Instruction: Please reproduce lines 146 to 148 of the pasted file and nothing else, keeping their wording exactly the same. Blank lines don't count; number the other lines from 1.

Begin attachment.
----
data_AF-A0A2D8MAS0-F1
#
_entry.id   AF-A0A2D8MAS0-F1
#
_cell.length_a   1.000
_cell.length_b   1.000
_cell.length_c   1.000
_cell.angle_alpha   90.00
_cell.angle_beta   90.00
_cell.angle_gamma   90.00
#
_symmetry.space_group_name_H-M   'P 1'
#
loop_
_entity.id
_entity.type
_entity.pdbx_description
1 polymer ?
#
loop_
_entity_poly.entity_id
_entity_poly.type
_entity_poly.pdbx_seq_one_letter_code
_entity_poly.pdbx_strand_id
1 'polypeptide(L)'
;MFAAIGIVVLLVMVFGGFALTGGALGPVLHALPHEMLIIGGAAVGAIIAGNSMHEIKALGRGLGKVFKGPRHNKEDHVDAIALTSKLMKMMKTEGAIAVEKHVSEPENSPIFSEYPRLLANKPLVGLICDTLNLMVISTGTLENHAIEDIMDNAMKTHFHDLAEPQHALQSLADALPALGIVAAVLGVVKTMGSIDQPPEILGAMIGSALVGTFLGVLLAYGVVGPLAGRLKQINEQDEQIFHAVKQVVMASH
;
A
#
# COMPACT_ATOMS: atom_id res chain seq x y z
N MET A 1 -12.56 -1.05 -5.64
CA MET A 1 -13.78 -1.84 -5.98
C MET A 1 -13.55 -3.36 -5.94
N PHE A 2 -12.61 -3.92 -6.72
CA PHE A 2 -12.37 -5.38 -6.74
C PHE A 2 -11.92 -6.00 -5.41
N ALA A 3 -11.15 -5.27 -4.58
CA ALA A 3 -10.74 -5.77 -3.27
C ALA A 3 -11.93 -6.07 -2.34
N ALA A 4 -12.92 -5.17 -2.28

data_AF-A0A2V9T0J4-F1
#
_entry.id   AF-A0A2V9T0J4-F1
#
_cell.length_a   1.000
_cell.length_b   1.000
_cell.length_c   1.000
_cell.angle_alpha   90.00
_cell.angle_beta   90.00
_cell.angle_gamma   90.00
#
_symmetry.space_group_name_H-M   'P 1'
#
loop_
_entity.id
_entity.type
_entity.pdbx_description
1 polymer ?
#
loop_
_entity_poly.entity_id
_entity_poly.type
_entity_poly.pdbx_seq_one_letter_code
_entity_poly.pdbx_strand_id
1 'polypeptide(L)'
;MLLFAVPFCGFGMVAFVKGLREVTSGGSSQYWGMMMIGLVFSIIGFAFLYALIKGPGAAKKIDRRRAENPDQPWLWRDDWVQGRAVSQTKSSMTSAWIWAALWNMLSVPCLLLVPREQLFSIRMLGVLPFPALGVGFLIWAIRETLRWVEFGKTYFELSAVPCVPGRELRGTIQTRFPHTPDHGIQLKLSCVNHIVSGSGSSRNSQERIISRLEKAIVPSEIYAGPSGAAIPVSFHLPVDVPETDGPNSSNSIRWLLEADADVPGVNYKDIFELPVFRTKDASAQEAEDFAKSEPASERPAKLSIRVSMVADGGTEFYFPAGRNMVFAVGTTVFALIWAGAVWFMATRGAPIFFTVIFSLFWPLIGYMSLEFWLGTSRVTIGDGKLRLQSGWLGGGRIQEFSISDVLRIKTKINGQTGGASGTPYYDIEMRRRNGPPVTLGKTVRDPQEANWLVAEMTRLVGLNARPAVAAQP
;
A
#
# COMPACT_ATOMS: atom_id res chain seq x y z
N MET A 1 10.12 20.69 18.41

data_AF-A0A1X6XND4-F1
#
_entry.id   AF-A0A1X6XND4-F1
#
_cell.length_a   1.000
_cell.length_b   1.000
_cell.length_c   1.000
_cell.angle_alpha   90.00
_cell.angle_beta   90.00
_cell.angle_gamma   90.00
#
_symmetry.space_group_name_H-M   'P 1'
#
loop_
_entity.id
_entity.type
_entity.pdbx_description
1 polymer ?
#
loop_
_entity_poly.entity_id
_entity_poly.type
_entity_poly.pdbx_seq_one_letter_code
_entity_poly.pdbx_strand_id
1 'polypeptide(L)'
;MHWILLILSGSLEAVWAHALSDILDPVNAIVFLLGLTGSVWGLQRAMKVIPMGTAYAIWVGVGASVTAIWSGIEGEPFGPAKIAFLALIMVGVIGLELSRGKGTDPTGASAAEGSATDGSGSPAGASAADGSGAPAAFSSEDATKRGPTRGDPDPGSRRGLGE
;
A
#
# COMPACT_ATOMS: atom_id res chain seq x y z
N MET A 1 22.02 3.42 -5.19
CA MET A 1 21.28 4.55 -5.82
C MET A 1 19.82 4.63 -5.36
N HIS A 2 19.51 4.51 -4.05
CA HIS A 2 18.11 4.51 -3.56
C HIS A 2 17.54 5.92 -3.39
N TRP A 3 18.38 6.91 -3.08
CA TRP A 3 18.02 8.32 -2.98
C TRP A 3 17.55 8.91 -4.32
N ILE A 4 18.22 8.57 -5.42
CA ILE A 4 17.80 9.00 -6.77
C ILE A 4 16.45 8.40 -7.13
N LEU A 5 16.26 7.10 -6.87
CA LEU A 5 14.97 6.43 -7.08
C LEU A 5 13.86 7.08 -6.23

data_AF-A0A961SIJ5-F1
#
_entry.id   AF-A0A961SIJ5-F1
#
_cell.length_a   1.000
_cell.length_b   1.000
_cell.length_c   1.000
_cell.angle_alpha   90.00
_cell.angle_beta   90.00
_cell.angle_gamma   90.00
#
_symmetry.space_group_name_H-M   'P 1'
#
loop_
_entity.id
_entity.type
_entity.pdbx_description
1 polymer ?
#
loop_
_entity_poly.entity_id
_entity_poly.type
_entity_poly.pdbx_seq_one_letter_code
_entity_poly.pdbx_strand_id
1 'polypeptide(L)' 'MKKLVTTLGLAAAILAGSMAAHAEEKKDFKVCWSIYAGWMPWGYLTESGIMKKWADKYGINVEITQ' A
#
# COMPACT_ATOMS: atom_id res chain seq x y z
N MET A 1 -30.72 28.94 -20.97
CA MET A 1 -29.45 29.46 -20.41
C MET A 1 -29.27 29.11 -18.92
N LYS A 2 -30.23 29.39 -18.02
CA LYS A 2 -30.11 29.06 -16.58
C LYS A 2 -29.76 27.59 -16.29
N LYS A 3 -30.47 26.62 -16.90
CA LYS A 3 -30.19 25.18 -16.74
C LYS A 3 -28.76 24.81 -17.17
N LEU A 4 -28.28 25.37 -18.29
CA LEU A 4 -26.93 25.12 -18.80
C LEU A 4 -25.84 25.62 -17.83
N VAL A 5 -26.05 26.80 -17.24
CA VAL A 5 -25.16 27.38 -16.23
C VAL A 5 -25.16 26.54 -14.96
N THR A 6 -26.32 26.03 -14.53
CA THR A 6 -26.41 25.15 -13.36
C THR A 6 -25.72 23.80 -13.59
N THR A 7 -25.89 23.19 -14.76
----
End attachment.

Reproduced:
C MET A 1 -29.27 29.11 -18.92
N LYS A 2 -30.23 29.39 -18.02
CA LYS A 2 -30.11 29.06 -16.58